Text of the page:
HTML5 introduces two new elements that pose some semantical problems concerning their use:
section. Most web developers get confused by these new elements. Generally speaking, the semantics of these elements is not well-defined in the HTML5 specifications. Let's try to make things clearer.
section is a generic part of a document. It's generally used to contain other parts of your page. As its name says, it can contain any kind of content. In a broader sense of the term, this element is a more semantical version of a
div (which stands for "division"). Another common use of this element is related to content structure. Imagine that you have marked up a book or a publication on a single web page. You can use
section to wrap the various chapters:
<section id="ch1"> <header> <hgroup> <h1>Title</h1> <h2>Description</h2> </hgroup> </header> <!--content--> <footer> <!--foot notes--> </footer> </section> <!--other chapters-->
In a nutshell:
section is a generic, macro-component of an HTML5 document that serves as a wrapper for more specific content.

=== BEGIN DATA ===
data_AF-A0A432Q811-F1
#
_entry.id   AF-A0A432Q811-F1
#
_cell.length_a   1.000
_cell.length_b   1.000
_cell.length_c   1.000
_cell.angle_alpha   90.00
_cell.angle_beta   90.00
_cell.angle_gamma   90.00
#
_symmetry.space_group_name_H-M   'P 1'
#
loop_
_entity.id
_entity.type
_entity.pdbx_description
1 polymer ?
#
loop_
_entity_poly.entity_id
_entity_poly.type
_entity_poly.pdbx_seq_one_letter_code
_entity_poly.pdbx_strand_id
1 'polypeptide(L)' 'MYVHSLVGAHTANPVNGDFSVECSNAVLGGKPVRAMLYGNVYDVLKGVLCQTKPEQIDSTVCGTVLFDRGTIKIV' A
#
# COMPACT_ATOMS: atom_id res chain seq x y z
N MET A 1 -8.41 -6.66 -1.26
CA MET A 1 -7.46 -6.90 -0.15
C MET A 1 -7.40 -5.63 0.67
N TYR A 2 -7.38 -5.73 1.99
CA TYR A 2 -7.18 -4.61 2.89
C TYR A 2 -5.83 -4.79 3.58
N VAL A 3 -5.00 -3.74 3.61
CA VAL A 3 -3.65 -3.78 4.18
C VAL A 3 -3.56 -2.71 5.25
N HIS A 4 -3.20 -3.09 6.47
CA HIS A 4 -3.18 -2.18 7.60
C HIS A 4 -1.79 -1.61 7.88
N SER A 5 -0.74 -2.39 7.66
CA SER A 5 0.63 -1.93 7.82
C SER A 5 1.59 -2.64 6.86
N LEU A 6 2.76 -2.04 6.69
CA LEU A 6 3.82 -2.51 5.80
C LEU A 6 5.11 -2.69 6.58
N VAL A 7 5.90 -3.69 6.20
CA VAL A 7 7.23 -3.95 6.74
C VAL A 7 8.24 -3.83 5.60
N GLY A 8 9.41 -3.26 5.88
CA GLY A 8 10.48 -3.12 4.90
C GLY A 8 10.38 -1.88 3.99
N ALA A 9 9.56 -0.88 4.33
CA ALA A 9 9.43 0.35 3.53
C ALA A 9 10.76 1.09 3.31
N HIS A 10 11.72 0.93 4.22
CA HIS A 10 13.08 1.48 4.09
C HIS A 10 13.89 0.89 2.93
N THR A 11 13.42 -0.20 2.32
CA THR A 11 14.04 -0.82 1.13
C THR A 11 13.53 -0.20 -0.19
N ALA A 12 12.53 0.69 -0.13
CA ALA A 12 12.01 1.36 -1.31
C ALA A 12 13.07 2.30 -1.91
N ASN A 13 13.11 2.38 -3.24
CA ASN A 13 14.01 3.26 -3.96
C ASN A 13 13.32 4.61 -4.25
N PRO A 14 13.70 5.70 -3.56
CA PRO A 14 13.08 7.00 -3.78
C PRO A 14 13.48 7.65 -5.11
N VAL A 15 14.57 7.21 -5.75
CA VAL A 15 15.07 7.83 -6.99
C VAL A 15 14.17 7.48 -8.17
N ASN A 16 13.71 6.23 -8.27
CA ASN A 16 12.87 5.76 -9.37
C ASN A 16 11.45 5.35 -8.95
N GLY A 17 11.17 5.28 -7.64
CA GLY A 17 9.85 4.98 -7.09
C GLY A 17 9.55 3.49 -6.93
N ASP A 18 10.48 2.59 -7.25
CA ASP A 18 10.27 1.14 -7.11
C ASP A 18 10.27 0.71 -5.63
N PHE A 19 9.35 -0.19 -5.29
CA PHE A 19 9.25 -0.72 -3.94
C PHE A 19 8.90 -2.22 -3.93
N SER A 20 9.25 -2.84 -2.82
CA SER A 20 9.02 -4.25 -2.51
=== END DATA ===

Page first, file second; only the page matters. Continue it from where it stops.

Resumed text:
article is a more specific, micro-component of a document. Its purpose is to wrap the main contents of your document into logical sections. Blog entries, articles, page contents can all be included within this element. Combined with
section, it completes the overall structure of an HTML5 document. For example, we can rewrite our previous example as follows:
<section id="ch1"> <header> <hgroup> <h1>Title</h1> <h2>Description</h2> </hgroup> </header> <article> <!--content--> </article> <footer> <!--foot notes--> </footer> </section> <!--other chapters-->
As you can see, the actual content of each chapter has been wrapped with this element. If you take a look at the most recent Wordpress templates, such as Yoko or TwentyEleven, you'll notice that
article is used both to wrap posts and page contents.